“Insurance can be too darn serious, no?” Burt mused. He said listeners appreciate hearing from thoughtful guests (“the most compelling listen,” per Burt).
“Compliant with Alliant” co-host Kristine Blanco understands the importance of digging deeper into what’s splashed across your Twitter feed. She and co-host Diana Craig have been podcasting about the state of the Affordable Care Act since late 2017.
“We realized webinars don’t work for everyone and want to meet people where they are,” she said of their move to the trendy medium, adding that “a back and forth discourse was a more nimble way to discuss the complexities and nuance of the repeal and replace efforts.”
Podcasting neophyte Angela Antonelli launched “The State of Retirement” earlier this year. The executive director of Georgetown University’s Center for Retirement Initiatives program said she joined the fray to get her message out beyond the Beltway.
“It is sometimes too easy to forget that the most important audience is the one that is outside of Washington, D.C., and podcasts help us do that,” she said.
Though she sticks way down in the weeds—episode 2 was titled “Is it possible to build a better target date fund?”—Antonelli reports that listeners are tuning in from all over. “I am constantly surprised by the people around the country and internationally who have told me they have listened to one or more of our podcasts,” she said.
Looking for a sassier recap of the benefits world?
The communications team for trade group the International Foundation of Employee Benefit Plans regularly cuts loose during the “Talking Benefits” show.
The plucky panelists weigh in on everything from helpful substance abuse programs to strategizing about open enrollment, weaving personal experiences in with topical surveys and recent developments (covered in their “news from nerds” segments).
“Many of our podcast brainstorming meetings stir up personal stories that often inspire our next episode theme, like student loan repayment, elder care benefits, or helping a loved one with a mental health/addiction issue,” wrote co-host Anne Patterson.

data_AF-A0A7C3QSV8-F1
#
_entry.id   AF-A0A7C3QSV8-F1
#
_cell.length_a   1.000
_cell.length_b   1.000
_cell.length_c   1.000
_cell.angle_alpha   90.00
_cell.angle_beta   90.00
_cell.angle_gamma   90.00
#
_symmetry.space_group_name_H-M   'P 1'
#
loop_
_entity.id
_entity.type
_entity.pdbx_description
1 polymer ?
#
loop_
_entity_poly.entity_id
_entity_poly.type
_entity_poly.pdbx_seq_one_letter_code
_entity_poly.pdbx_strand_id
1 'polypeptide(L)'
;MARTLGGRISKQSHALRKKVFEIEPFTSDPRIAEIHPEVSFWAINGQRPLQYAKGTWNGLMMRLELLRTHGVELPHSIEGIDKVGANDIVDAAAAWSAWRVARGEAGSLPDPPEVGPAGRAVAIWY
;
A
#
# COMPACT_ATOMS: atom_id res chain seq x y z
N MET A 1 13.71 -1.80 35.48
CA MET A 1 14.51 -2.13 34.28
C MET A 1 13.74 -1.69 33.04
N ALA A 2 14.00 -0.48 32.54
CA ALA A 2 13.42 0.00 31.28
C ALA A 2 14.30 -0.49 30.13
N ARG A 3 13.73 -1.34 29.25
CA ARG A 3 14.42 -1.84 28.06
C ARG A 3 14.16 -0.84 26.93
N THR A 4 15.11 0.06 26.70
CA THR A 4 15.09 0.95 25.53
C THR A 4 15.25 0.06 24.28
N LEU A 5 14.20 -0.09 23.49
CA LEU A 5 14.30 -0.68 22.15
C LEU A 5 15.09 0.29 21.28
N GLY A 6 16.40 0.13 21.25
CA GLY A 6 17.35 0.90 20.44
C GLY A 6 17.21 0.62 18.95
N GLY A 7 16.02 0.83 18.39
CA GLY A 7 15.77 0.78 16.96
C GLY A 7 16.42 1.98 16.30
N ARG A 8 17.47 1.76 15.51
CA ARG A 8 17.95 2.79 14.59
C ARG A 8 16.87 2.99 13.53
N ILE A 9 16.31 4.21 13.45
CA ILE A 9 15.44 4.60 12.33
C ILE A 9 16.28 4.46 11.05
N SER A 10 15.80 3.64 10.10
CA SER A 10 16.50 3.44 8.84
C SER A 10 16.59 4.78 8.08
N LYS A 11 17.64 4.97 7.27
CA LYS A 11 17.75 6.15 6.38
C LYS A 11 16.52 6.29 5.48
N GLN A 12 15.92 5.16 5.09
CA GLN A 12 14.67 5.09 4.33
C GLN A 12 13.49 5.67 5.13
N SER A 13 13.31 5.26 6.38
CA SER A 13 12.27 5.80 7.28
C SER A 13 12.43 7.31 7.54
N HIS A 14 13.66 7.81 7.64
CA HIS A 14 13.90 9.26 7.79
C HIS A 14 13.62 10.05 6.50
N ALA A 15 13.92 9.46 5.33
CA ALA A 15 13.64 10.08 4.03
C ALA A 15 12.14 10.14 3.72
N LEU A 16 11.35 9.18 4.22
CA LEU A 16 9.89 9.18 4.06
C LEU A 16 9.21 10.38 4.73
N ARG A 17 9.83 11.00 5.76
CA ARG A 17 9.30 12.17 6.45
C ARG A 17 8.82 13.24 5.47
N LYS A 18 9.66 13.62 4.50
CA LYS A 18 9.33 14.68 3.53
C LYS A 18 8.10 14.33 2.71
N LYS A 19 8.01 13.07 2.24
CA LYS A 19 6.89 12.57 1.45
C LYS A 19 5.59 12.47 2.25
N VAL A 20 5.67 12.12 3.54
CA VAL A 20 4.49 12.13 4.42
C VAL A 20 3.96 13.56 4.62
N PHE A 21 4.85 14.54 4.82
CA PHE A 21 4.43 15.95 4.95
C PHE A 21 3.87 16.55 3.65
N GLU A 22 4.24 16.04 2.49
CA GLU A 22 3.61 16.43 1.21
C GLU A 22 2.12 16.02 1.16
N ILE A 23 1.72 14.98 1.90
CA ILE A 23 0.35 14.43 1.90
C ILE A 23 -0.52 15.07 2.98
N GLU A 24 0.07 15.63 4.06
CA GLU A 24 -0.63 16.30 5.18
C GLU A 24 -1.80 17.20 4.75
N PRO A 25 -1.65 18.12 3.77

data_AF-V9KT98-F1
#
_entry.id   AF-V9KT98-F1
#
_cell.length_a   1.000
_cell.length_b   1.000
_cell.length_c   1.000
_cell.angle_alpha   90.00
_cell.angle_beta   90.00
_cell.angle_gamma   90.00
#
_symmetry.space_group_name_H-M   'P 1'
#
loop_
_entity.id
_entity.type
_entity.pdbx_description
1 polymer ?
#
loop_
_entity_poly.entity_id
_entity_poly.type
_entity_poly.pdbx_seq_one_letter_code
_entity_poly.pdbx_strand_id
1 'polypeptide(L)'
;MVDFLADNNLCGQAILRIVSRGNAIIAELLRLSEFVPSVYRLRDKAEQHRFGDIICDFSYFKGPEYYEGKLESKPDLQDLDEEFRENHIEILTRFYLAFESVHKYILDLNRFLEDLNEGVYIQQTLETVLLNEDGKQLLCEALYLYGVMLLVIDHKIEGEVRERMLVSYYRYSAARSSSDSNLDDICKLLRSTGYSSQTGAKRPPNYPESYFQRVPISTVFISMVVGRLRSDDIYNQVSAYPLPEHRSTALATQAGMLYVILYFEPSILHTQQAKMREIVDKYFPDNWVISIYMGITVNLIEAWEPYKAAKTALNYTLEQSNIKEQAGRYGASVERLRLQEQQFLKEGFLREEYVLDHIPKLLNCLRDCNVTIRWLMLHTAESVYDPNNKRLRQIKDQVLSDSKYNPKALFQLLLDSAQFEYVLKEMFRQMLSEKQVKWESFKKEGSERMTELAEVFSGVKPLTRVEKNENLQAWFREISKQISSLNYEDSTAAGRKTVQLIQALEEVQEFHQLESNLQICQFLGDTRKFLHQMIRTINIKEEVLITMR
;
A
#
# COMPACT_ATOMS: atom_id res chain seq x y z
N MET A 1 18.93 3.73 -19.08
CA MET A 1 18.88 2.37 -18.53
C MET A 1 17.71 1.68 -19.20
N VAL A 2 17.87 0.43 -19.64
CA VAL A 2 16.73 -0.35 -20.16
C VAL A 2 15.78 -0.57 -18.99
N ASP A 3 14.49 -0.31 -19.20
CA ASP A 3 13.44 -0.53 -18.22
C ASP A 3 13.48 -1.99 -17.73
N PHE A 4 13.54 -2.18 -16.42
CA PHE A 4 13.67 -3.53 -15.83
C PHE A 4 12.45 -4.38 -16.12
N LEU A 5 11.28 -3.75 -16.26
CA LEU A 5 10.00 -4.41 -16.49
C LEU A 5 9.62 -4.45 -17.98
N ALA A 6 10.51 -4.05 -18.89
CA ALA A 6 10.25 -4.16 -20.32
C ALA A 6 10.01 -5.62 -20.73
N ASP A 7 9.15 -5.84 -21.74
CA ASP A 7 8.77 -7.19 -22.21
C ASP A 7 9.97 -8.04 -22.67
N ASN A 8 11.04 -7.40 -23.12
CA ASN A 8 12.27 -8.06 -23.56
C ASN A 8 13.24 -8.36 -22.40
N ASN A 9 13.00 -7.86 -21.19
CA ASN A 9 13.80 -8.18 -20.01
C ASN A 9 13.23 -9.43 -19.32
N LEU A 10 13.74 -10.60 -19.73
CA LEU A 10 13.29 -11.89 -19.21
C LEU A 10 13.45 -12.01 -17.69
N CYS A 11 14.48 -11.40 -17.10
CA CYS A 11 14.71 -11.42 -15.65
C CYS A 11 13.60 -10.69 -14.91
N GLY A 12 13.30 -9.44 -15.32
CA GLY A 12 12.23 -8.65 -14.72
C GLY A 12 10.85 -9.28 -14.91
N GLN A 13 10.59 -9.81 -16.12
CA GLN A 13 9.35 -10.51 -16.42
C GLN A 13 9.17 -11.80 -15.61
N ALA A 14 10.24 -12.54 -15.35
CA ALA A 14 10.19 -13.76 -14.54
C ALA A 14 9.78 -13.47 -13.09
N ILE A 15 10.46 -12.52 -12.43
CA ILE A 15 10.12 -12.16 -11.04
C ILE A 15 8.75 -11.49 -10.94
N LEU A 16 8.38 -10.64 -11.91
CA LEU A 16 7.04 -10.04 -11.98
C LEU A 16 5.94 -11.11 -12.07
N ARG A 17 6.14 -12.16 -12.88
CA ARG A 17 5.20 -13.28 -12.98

Make Some Noise
Hammersla said he plans to build on his membership’s insatiable desire to peek behind the curtain of politics—his most downloaded show featured former House Democratic tax staffer turned lobbyist Janice Mays—by reaching out to the lawmakers eyeing the Oval Office.
Blanco is more interested in what’s happening down the road at Internal Revenue Service headquarters on Constitution Avenue. “There is an absurdly bright and funny IRS attorney, Stephen Tackney, who presented at a number of conferences in the height of ACA implementation who we would be thrilled—in only the most nerdy benefits compliance fashion—to have as a guest,” she wrote.
The IFEBP crew was split on who they’d love to corral. The biggest professional get, Patterson said, would be 401(k) architect Ted Benna. “As cheeseheads, our other dream podcast guest would be Green Bay Packers quarterback Aaron Rodgers,” she noted.
Fensholt said lining up feds to suss out surprise billing and drug pricing makes the most sense.
Still, he said he’d much rather pick Willie Nelson’s brain about, well, whatever the legendary country singer and marijuana enthusiast cares to shoot the breeze about.